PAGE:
Preble standouts sign college scholarships

Published: Nov. 14, 2019 at 6:05 PM CST
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It was a banner day for Green Bay Preble High School athletes, as hundreds of fellow students were on hand Thursday morning to watch their classmates sign college scholarships.

Ryan Stefiuk and Max Wagner have parlayed their baseball talents into Division 1 scholarships down south. The two will play for college powers, with Stefiuk headed to Vanderbilt and Wagner to Clemson.

Those two schools have combined for make 16 College World Series appearances.

The baseball teammates have been to 3 straight WIAA State Tournaments, and want to make it 4-for-4 next spring. But beyond that, the duo could meeting as opponents in a College World Series someday.

“That would honestly be a dream come true,” Stefiuk said. “Max and I always talk about that. If both our teams are fortunate enough to make it to that level, definitely will appreciate it.”

“I have been playing down in those southern states all summer long the past three years so I know what it is like,” Wagner said. “I just want to play somewhere warm so I can play baseball year round. that's what I love to do.”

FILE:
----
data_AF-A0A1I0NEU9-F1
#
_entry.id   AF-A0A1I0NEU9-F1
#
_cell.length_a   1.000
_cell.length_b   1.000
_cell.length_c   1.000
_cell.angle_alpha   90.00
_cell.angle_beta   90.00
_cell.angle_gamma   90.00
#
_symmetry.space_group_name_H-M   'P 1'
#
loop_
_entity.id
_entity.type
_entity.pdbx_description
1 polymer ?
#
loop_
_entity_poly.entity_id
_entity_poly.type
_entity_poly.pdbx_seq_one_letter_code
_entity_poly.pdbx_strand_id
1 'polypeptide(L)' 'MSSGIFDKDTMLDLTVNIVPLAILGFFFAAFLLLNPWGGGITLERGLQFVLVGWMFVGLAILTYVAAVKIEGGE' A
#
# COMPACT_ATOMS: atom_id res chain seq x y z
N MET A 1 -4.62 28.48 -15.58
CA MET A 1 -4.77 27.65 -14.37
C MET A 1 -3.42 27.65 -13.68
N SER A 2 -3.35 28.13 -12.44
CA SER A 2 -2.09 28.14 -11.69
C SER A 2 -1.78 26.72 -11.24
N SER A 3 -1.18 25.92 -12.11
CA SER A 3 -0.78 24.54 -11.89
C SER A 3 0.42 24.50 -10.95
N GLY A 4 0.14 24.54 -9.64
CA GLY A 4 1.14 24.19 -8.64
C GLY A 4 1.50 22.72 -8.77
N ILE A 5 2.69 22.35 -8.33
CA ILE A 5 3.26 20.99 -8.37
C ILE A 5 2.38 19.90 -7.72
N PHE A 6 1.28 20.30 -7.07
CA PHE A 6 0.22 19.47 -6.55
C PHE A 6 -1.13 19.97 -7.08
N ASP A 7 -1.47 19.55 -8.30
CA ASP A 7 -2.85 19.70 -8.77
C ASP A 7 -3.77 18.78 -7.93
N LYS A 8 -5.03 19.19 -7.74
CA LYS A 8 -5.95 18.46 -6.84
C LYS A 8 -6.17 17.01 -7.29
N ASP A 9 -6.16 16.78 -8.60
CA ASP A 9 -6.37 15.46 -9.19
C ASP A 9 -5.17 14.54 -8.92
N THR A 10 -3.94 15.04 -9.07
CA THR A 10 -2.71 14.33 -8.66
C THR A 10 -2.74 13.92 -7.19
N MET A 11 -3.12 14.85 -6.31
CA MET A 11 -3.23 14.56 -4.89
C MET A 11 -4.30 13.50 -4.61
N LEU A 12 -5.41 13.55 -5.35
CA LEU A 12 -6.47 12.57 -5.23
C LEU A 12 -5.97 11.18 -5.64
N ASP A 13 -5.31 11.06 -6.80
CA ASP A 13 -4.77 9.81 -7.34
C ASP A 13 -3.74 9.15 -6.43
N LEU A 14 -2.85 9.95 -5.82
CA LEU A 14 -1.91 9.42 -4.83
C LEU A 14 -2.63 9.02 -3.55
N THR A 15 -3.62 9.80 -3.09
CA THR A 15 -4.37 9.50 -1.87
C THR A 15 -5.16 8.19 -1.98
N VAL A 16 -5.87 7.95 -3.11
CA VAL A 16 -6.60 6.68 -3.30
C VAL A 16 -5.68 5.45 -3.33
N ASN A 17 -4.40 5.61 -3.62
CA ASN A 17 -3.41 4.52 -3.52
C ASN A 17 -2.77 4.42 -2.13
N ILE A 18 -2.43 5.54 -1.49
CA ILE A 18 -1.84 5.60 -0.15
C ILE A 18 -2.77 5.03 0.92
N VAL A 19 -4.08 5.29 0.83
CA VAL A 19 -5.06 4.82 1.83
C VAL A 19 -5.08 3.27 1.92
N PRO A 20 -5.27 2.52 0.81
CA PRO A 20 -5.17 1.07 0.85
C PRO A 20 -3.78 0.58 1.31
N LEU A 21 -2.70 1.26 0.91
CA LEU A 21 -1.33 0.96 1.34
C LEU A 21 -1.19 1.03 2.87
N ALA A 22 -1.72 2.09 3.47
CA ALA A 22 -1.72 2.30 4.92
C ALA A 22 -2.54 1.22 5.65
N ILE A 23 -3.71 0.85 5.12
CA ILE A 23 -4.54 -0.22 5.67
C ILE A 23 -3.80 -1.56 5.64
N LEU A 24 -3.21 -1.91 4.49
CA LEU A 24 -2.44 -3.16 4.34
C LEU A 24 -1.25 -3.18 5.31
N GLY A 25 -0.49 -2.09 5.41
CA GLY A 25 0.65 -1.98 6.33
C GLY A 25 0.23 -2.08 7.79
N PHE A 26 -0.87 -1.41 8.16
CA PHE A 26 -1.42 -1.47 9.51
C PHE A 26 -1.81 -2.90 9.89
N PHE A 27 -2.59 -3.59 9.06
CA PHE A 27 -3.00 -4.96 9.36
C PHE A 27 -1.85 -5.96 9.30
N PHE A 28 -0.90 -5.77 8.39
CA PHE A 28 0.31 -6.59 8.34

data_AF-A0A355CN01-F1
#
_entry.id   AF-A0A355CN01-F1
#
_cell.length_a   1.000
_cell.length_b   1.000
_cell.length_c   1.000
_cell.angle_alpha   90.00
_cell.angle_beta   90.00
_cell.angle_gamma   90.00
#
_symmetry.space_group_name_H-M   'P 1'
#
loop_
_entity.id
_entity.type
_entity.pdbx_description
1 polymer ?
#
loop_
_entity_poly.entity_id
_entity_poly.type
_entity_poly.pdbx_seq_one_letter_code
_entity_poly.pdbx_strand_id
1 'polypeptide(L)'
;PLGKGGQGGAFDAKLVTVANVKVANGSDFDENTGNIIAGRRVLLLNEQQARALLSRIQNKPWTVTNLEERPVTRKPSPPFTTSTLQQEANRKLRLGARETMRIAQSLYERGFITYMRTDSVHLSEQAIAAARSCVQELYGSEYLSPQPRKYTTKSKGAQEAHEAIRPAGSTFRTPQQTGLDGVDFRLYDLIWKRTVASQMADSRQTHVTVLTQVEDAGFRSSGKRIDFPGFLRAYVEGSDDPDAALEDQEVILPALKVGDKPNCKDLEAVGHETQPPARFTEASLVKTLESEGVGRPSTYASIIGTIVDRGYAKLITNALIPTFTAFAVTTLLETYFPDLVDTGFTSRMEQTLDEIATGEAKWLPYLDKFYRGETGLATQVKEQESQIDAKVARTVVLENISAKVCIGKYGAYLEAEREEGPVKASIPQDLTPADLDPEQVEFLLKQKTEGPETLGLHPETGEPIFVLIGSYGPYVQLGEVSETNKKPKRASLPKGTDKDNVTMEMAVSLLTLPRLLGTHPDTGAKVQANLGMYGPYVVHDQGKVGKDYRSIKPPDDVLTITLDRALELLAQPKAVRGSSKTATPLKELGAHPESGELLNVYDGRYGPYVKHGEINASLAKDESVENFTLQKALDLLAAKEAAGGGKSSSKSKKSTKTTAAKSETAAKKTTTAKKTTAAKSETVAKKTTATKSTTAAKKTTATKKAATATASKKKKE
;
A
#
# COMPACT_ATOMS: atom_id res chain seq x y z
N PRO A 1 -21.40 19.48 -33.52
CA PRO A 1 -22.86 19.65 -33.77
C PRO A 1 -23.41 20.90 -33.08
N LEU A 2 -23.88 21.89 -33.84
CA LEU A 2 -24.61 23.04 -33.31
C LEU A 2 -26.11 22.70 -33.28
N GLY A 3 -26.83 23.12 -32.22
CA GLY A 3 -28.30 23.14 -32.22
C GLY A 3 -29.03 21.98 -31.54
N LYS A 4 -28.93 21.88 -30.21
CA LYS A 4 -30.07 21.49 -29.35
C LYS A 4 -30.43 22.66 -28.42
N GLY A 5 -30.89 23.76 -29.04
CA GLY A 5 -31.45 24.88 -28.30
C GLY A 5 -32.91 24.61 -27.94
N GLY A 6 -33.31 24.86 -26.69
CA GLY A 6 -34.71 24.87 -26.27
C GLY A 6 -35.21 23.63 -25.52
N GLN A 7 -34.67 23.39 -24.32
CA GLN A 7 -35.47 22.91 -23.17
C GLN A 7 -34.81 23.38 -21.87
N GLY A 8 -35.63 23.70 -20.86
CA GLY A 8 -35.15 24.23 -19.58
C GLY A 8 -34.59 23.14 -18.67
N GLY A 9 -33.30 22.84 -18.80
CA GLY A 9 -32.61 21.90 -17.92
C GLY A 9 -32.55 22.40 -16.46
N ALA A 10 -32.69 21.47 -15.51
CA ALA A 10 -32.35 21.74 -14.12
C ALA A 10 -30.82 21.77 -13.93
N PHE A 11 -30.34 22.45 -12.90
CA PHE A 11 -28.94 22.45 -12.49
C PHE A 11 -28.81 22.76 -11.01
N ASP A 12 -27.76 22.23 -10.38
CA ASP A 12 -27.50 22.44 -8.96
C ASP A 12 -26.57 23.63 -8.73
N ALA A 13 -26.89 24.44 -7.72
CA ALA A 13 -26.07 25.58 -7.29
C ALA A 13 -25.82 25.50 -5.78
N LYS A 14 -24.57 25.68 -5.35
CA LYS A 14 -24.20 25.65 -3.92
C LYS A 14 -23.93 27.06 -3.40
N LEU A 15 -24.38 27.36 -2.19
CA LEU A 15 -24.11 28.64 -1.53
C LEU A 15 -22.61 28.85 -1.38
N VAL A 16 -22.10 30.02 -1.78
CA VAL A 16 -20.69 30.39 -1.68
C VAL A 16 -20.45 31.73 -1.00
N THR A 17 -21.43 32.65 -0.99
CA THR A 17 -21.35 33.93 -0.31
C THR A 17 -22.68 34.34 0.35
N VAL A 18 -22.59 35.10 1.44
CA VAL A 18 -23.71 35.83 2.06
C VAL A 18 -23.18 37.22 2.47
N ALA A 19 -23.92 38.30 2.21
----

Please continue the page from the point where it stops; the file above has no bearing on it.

Also among the group of scholarship recipients was 6’3” girls basketball standout Kendall Renard, who will play for Kevin Borseth and the Green Bay Phoenix moving forward.

“I grew up watching them since I was really young,” Renard said. “I didn't know for sure if I wanted to go there and play, but it was always in the back of my mind, and when I got that opportunity I couldn't deny that. It feels super good. Just making that dream come true is really special to me.”

Dynamic swim star Kaiser Neverman will embark upon his college career at Minnesota next year. Neverman, a YMCA national champion, cherishes his high school memories. He put Green Bay United on the map by recruiting his club teammates to swim on the high school circuit.

“I am probably most proud of what I have been able to do with my high school team because I brought friends along for that journey and we built it together,” Neverman said. “Kind of before that the high school team wasn't much and we helped it out a lot.”

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